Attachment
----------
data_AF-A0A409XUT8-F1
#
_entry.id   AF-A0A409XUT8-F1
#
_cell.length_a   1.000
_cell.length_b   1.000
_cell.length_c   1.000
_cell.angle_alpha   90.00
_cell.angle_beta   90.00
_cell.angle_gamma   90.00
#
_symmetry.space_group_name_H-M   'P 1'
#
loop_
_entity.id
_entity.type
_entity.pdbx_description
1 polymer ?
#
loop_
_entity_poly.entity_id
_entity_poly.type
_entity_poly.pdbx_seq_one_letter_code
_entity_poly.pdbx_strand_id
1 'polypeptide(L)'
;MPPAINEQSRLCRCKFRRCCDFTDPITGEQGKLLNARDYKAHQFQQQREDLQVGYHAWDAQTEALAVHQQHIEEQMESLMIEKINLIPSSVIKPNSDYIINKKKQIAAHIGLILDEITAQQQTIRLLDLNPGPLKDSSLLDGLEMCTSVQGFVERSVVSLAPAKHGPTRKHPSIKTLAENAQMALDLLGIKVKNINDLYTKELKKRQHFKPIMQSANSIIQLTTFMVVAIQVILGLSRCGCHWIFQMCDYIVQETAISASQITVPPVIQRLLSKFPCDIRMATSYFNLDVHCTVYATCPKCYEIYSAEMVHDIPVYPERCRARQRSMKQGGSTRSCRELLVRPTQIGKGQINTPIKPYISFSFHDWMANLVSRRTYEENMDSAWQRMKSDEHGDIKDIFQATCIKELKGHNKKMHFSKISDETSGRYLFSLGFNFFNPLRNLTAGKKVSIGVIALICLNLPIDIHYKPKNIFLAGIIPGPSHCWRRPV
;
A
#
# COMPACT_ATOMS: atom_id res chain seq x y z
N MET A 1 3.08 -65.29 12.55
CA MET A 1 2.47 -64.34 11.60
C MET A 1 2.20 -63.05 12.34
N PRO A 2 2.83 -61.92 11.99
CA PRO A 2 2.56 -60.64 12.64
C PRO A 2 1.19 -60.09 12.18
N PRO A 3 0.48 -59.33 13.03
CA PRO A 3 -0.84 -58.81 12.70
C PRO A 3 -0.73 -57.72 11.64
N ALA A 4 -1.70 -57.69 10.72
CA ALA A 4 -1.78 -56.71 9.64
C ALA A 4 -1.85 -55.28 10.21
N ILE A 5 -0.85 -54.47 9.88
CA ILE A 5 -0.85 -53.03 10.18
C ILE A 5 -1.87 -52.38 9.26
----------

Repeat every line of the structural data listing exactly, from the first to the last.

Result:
data_AF-A0A409XUT8-F1
#
_entry.id   AF-A0A409XUT8-F1
#
_cell.length_a   1.000
_cell.length_b   1.000
_cell.length_c   1.000
_cell.angle_alpha   90.00
_cell.angle_beta   90.00
_cell.angle_gamma   90.00
#
_symmetry.space_group_name_H-M   'P 1'
#
loop_
_entity.id
_entity.type
_entity.pdbx_description
1 polymer ?
#
loop_
_entity_poly.entity_id
_entity_poly.type
_entity_poly.pdbx_seq_one_letter_code
_entity_poly.pdbx_strand_id
1 'polypeptide(L)'
;MPPAINEQSRLCRCKFRRCCDFTDPITGEQGKLLNARDYKAHQFQQQREDLQVGYHAWDAQTEALAVHQQHIEEQMESLMIEKINLIPSSVIKPNSDYIINKKKQIAAHIGLILDEITAQQQTIRLLDLNPGPLKDSSLLDGLEMCTSVQGFVERSVVSLAPAKHGPTRKHPSIKTLAENAQMALDLLGIKVKNINDLYTKELKKRQHFKPIMQSANSIIQLTTFMVVAIQVILGLSRCGCHWIFQMCDYIVQETAISASQITVPPVIQRLLSKFPCDIRMATSYFNLDVHCTVYATCPKCYEIYSAEMVHDIPVYPERCRARQRSMKQGGSTRSCRELLVRPTQIGKGQINTPIKPYISFSFHDWMANLVSRRTYEENMDSAWQRMKSDEHGDIKDIFQATCIKELKGHNKKMHFSKISDETSGRYLFSLGFNFFNPLRNLTAGKKVSIGVIALICLNLPIDIHYKPKNIFLAGIIPGPSHCWRRPV
;
A
#
# COMPACT_ATOMS: atom_id res chain seq x y z
N MET A 1 3.08 -65.29 12.55
CA MET A 1 2.47 -64.34 11.60
C MET A 1 2.20 -63.05 12.34
N PRO A 2 2.83 -61.92 11.99
CA PRO A 2 2.56 -60.64 12.64
C PRO A 2 1.19 -60.09 12.18
N PRO A 3 0.48 -59.33 13.03
CA PRO A 3 -0.84 -58.81 12.70
C PRO A 3 -0.73 -57.72 11.64
N ALA A 4 -1.70 -57.69 10.72
CA ALA A 4 -1.78 -56.71 9.64
C ALA A 4 -1.85 -55.28 10.21
N ILE A 5 -0.85 -54.47 9.88
CA ILE A 5 -0.85 -53.03 10.18
C ILE A 5 -1.87 -52.38 9.26